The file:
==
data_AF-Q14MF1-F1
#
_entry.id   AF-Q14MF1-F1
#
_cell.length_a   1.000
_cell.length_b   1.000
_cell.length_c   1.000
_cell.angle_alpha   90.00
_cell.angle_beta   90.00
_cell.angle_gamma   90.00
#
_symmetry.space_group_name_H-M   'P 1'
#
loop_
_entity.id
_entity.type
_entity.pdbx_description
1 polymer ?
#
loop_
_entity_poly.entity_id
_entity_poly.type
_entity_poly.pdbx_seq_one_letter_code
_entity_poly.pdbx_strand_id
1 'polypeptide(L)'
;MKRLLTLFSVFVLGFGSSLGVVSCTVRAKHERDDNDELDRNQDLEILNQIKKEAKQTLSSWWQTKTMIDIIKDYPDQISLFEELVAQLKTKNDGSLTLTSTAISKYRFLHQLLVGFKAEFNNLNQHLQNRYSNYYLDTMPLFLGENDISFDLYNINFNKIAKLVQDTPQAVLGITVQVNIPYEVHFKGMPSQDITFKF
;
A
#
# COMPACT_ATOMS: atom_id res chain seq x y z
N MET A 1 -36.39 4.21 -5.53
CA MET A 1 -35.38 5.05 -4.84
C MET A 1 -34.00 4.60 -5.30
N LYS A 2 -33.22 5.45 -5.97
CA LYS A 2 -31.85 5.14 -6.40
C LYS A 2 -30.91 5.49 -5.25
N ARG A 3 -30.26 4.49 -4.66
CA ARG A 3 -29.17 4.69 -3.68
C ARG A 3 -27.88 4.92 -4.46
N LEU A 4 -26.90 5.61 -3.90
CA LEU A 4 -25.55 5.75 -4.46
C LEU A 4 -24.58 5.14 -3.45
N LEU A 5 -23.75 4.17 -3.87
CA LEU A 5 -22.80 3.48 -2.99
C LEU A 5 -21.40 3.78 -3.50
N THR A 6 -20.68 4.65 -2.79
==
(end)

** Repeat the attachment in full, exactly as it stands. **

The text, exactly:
data_AF-Q14MF1-F1
#
_entry.id   AF-Q14MF1-F1
#
_cell.length_a   1.000
_cell.length_b   1.000
_cell.length_c   1.000
_cell.angle_alpha   90.00
_cell.angle_beta   90.00
_cell.angle_gamma   90.00
#
_symmetry.space_group_name_H-M   'P 1'
#
loop_
_entity.id
_entity.type
_entity.pdbx_description
1 polymer ?
#
loop_
_entity_poly.entity_id
_entity_poly.type
_entity_poly.pdbx_seq_one_letter_code
_entity_poly.pdbx_strand_id
1 'polypeptide(L)'
;MKRLLTLFSVFVLGFGSSLGVVSCTVRAKHERDDNDELDRNQDLEILNQIKKEAKQTLSSWWQTKTMIDIIKDYPDQISLFEELVAQLKTKNDGSLTLTSTAISKYRFLHQLLVGFKAEFNNLNQHLQNRYSNYYLDTMPLFLGENDISFDLYNINFNKIAKLVQDTPQAVLGITVQVNIPYEVHFKGMPSQDITFKF
;
A
#
# COMPACT_ATOMS: atom_id res chain seq x y z
N MET A 1 -36.39 4.21 -5.53
CA MET A 1 -35.38 5.05 -4.84
C MET A 1 -34.00 4.60 -5.30
N LYS A 2 -33.22 5.45 -5.97
CA LYS A 2 -31.85 5.14 -6.40
C LYS A 2 -30.91 5.49 -5.25
N ARG A 3 -30.26 4.49 -4.66
CA ARG A 3 -29.17 4.69 -3.68
C ARG A 3 -27.88 4.92 -4.46
N LEU A 4 -26.90 5.61 -3.90
CA LEU A 4 -25.55 5.75 -4.46
C LEU A 4 -24.58 5.14 -3.45
N LEU A 5 -23.75 4.17 -3.87
CA LEU A 5 -22.80 3.48 -2.99
C LEU A 5 -21.40 3.78 -3.50
N THR A 6 -20.68 4.65 -2.79